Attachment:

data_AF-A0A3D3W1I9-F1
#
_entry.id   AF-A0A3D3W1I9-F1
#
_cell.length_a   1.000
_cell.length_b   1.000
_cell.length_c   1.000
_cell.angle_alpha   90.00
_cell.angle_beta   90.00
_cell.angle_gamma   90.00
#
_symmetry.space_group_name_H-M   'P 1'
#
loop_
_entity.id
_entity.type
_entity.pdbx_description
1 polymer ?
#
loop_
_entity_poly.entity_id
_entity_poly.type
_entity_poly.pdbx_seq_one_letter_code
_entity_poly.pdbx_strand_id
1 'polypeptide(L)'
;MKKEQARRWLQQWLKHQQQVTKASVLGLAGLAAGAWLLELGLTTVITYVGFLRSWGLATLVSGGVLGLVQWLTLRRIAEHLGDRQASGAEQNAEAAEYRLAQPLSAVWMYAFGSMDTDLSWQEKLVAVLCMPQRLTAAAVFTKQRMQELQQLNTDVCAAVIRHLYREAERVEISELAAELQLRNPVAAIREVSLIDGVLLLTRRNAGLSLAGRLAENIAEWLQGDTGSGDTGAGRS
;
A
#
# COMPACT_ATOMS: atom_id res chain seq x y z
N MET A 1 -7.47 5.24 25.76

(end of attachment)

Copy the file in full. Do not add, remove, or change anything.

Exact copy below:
data_AF-A0A3D3W1I9-F1
#
_entry.id   AF-A0A3D3W1I9-F1
#
_cell.length_a   1.000
_cell.length_b   1.000
_cell.length_c   1.000
_cell.angle_alpha   90.00
_cell.angle_beta   90.00
_cell.angle_gamma   90.00
#
_symmetry.space_group_name_H-M   'P 1'
#
loop_
_entity.id
_entity.type
_entity.pdbx_description
1 polymer ?
#
loop_
_entity_poly.entity_id
_entity_poly.type
_entity_poly.pdbx_seq_one_letter_code
_entity_poly.pdbx_strand_id
1 'polypeptide(L)'
;MKKEQARRWLQQWLKHQQQVTKASVLGLAGLAAGAWLLELGLTTVITYVGFLRSWGLATLVSGGVLGLVQWLTLRRIAEHLGDRQASGAEQNAEAAEYRLAQPLSAVWMYAFGSMDTDLSWQEKLVAVLCMPQRLTAAAVFTKQRMQELQQLNTDVCAAVIRHLYREAERVEISELAAELQLRNPVAAIREVSLIDGVLLLTRRNAGLSLAGRLAENIAEWLQGDTGSGDTGAGRS
;
A
#
# COMPACT_ATOMS: atom_id res chain seq x y z
N MET A 1 -7.47 5.24 25.76